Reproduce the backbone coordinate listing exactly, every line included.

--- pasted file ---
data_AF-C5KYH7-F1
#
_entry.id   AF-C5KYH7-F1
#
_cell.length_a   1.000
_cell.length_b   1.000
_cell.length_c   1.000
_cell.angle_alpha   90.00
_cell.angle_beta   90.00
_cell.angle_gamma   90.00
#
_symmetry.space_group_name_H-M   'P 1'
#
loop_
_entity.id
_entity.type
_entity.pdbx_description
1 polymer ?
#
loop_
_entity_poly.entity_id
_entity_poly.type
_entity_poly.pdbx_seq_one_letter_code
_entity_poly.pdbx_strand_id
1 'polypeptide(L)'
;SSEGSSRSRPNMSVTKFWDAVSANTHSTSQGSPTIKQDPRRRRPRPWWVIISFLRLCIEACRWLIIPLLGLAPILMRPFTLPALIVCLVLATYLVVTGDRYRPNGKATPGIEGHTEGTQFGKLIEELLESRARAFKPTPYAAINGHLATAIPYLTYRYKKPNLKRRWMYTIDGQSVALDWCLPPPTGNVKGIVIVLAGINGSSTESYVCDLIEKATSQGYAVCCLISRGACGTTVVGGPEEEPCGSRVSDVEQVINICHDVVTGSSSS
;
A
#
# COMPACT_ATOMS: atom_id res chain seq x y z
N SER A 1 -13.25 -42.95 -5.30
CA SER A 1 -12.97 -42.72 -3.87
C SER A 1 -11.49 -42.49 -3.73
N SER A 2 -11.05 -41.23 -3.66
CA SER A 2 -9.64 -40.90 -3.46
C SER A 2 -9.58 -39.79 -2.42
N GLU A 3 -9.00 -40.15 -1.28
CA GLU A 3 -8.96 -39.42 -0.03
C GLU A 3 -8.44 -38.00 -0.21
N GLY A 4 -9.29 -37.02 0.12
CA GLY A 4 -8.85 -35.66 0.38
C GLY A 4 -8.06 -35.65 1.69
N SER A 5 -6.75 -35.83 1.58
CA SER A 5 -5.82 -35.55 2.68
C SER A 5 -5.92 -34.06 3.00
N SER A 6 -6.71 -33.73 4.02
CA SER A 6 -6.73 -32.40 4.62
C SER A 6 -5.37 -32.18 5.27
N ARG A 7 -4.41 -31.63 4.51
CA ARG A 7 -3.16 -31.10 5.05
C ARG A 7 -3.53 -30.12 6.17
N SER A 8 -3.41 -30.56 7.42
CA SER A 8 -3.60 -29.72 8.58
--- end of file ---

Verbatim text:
data_AF-C5KYH7-F1
#
_entry.id   AF-C5KYH7-F1
#
_cell.length_a   1.000
_cell.length_b   1.000
_cell.length_c   1.000
_cell.angle_alpha   90.00
_cell.angle_beta   90.00
_cell.angle_gamma   90.00
#
_symmetry.space_group_name_H-M   'P 1'
#
loop_
_entity.id
_entity.type
_entity.pdbx_description
1 polymer ?
#
loop_
_entity_poly.entity_id
_entity_poly.type
_entity_poly.pdbx_seq_one_letter_code
_entity_poly.pdbx_strand_id
1 'polypeptide(L)'
;SSEGSSRSRPNMSVTKFWDAVSANTHSTSQGSPTIKQDPRRRRPRPWWVIISFLRLCIEACRWLIIPLLGLAPILMRPFTLPALIVCLVLATYLVVTGDRYRPNGKATPGIEGHTEGTQFGKLIEELLESRARAFKPTPYAAINGHLATAIPYLTYRYKKPNLKRRWMYTIDGQSVALDWCLPPPTGNVKGIVIVLAGINGSSTESYVCDLIEKATSQGYAVCCLISRGACGTTVVGGPEEEPCGSRVSDVEQVINICHDVVTGSSSS
;
A
#
# COMPACT_ATOMS: atom_id res chain seq x y z
N SER A 1 -13.25 -42.95 -5.30
CA SER A 1 -12.97 -42.72 -3.87
C SER A 1 -11.49 -42.49 -3.73
N SER A 2 -11.05 -41.23 -3.66
CA SER A 2 -9.64 -40.90 -3.46
C SER A 2 -9.58 -39.79 -2.42
N GLU A 3 -9.00 -40.15 -1.28
CA GLU A 3 -8.96 -39.42 -0.03
C GLU A 3 -8.44 -38.00 -0.21
N GLY A 4 -9.29 -37.02 0.12
CA GLY A 4 -8.85 -35.66 0.38
C GLY A 4 -8.06 -35.65 1.69
N SER A 5 -6.75 -35.83 1.58
CA SER A 5 -5.82 -35.55 2.68
C SER A 5 -5.92 -34.06 3.00
N SER A 6 -6.71 -33.73 4.02
CA SER A 6 -6.73 -32.40 4.62
C SER A 6 -5.37 -32.18 5.27
N ARG A 7 -4.41 -31.63 4.51
CA ARG A 7 -3.16 -31.10 5.05
C ARG A 7 -3.53 -30.12 6.17
N SER A 8 -3.41 -30.56 7.42
CA SER A 8 -3.60 -29.72 8.58